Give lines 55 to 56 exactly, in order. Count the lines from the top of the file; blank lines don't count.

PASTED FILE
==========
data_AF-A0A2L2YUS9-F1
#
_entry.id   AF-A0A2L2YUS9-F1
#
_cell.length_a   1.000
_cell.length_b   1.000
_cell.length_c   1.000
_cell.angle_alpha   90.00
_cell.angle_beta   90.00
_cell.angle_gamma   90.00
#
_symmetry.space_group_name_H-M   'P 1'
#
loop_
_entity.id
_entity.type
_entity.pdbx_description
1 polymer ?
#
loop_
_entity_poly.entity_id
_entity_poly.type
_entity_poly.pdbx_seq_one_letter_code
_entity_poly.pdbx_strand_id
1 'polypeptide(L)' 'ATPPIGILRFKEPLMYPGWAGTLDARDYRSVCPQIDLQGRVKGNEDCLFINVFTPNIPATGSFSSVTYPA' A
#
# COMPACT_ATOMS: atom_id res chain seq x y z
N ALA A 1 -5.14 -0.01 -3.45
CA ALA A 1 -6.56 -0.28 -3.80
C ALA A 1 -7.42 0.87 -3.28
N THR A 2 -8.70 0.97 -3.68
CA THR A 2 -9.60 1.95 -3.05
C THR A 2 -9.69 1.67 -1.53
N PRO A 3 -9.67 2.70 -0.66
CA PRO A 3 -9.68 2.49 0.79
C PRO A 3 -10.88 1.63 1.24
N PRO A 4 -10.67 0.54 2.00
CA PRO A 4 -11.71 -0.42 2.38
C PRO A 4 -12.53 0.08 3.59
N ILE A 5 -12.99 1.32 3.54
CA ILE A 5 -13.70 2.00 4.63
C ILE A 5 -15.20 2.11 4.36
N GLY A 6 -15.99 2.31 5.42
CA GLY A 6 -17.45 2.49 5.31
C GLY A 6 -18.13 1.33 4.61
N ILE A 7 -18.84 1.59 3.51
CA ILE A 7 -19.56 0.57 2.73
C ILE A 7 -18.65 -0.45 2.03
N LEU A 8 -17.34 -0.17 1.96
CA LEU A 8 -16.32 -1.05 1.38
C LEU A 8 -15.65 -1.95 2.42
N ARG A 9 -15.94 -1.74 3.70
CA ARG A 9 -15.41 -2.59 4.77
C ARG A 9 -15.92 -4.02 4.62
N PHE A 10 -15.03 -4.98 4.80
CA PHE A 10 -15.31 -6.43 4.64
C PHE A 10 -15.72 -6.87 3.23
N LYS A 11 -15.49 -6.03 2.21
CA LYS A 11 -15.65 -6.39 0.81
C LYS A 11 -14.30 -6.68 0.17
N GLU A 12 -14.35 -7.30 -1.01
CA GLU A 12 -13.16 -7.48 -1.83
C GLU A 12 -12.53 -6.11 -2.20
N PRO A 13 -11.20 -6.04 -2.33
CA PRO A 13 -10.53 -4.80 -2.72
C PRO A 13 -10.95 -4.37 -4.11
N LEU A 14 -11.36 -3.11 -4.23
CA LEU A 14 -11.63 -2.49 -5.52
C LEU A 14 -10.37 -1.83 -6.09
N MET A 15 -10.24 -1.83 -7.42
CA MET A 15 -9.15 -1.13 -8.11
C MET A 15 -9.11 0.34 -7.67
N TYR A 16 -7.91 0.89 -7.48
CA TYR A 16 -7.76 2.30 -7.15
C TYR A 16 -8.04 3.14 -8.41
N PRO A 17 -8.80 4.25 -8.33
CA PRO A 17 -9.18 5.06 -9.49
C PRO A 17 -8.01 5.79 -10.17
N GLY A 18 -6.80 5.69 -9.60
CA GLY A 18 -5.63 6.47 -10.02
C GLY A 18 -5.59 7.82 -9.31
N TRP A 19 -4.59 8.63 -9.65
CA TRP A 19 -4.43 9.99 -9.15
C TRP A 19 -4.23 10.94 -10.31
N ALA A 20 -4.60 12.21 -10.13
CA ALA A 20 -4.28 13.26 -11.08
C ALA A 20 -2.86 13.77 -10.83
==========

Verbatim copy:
N PHE A 10 -15.03 -4.98 4.80
CA PHE A 10 -15.31 -6.43 4.64